How an HIV Vaccine Could Be the Cure
Researchers at Johns Hopkins School of Medicine have found that an HIV vaccine could work in conjunction with antiretroviral therapies, prepping the immune system to eliminate HIV-1 viruses.
What's the Latest Development?
Researchers at Johns Hopkins have found that a vaccine could work in conjunction with antiretroviral medications to eliminate HIV from patients' bodies. The virus enters a dormant or 'latent' state with antiretroviral treatment but quickly reactivates when the treatments are stopped. In a recent experiment, Dr. Robert F. Siliciano of Johns Hopkins found that a vaccine which boosts the immune response of host T-cells just before antiretroviral treatments are stopped helps the body to eliminate HIV once it becomes reactivated.
What's the Big Idea?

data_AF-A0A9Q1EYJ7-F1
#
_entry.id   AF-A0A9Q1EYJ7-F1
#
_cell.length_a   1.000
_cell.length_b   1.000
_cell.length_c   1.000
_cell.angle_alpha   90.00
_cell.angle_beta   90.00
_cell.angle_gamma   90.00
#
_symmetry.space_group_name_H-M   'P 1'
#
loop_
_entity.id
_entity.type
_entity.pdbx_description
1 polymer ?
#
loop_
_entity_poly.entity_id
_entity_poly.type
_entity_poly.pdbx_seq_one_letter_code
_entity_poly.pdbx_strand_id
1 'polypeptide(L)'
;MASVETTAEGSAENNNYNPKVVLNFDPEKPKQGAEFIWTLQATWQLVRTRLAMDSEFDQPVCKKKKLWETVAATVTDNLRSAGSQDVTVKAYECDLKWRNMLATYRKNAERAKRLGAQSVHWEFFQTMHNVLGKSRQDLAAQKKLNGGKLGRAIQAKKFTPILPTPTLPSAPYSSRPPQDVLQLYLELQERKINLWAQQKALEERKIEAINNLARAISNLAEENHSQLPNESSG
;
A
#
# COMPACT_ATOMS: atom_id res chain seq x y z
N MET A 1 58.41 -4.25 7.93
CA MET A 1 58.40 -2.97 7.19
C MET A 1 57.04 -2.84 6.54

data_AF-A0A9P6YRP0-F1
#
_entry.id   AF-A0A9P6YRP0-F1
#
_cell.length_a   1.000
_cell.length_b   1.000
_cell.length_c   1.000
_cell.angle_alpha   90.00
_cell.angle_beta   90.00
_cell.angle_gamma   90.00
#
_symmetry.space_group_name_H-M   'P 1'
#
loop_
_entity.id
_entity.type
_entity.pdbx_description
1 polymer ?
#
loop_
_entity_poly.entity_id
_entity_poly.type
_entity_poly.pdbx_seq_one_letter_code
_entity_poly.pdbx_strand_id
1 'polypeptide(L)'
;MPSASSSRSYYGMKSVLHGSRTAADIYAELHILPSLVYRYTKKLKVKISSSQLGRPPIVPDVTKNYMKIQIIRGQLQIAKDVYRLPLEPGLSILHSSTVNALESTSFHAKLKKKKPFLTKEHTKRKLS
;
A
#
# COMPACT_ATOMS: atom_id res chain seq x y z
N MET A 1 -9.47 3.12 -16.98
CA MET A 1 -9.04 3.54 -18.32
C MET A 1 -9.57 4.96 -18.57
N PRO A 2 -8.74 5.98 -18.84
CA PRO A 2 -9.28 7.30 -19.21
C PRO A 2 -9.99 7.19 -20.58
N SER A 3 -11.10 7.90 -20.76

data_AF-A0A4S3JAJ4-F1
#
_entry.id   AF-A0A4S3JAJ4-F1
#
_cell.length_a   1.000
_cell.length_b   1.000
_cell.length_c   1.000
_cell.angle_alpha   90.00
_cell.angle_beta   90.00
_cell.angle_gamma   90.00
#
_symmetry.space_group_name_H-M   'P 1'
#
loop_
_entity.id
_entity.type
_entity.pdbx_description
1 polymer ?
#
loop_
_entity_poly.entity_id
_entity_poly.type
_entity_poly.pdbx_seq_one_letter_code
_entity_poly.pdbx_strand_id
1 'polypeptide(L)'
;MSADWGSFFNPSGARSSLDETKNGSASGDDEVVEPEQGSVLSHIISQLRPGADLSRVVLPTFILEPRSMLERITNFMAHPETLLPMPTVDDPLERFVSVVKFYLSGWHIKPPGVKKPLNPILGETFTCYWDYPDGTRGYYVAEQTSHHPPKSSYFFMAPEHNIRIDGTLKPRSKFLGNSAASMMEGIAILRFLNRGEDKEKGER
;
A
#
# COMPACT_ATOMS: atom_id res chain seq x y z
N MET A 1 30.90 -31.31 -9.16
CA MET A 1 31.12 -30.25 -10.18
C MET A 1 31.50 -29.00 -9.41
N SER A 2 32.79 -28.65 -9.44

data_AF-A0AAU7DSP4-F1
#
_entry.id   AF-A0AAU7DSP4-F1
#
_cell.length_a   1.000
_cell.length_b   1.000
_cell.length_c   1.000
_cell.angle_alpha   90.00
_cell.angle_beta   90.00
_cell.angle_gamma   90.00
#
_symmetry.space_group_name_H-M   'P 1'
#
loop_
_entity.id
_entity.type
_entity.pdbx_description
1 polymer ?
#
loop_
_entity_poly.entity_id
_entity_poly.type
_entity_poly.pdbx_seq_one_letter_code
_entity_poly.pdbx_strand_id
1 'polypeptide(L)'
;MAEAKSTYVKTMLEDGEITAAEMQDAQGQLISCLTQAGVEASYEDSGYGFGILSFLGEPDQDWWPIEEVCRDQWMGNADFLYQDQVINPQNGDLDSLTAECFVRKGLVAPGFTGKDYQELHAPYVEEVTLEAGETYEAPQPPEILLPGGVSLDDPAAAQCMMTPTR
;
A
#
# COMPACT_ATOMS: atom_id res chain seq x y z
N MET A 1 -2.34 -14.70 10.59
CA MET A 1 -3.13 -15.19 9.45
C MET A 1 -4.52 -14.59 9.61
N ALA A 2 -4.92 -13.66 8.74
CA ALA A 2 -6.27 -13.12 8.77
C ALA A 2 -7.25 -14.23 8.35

Antiretroviral therapies, which work by making HIV cells dormant in the body, cannot eliminate the disease, meaning patients must commit to the therapy all their life. This raises concerns over non-compliance and the treatment's financial burden on patients, particularly among those in poor regions of the world where the disease is more prevalent to begin with. Life-long antiretroviral treatment also raises the risk that the HIV-1 virus will mutate and become resistant to treatment, says Siliciano. For this reason, a vaccine may prove essential.
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